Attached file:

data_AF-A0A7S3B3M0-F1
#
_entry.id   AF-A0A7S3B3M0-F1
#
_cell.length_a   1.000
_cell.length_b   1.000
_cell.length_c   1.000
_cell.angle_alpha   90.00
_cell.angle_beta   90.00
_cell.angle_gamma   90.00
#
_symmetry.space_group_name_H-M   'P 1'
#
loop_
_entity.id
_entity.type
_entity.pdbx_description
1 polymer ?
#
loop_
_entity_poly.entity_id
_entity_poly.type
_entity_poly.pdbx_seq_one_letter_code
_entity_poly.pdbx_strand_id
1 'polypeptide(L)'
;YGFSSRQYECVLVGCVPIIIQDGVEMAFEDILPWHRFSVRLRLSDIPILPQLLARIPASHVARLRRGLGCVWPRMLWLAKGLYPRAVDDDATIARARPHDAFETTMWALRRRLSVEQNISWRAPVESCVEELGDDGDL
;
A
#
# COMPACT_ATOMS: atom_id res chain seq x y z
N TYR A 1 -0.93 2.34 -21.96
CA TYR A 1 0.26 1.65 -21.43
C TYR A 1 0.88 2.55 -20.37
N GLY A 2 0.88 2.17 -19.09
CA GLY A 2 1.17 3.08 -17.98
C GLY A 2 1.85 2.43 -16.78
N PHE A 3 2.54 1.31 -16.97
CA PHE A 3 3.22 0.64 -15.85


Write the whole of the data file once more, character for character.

data_AF-A0A7S3B3M0-F1
#
_entry.id   AF-A0A7S3B3M0-F1
#
_cell.length_a   1.000
_cell.length_b   1.000
_cell.length_c   1.000
_cell.angle_alpha   90.00
_cell.angle_beta   90.00
_cell.angle_gamma   90.00
#
_symmetry.space_group_name_H-M   'P 1'
#
loop_
_entity.id
_entity.type
_entity.pdbx_description
1 polymer ?
#
loop_
_entity_poly.entity_id
_entity_poly.type
_entity_poly.pdbx_seq_one_letter_code
_entity_poly.pdbx_strand_id
1 'polypeptide(L)'
;YGFSSRQYECVLVGCVPIIIQDGVEMAFEDILPWHRFSVRLRLSDIPILPQLLARIPASHVARLRRGLGCVWPRMLWLAKGLYPRAVDDDATIARARPHDAFETTMWALRRRLSVEQNISWRAPVESCVEELGDDGDL
;
A
#
# COMPACT_ATOMS: atom_id res chain seq x y z
N TYR A 1 -0.93 2.34 -21.96
CA TYR A 1 0.26 1.65 -21.43
C TYR A 1 0.88 2.55 -20.37
N GLY A 2 0.88 2.17 -19.09
CA GLY A 2 1.17 3.08 -17.98
C GLY A 2 1.85 2.43 -16.78
N PHE A 3 2.54 1.31 -16.97
CA PHE A 3 3.22 0.64 -15.85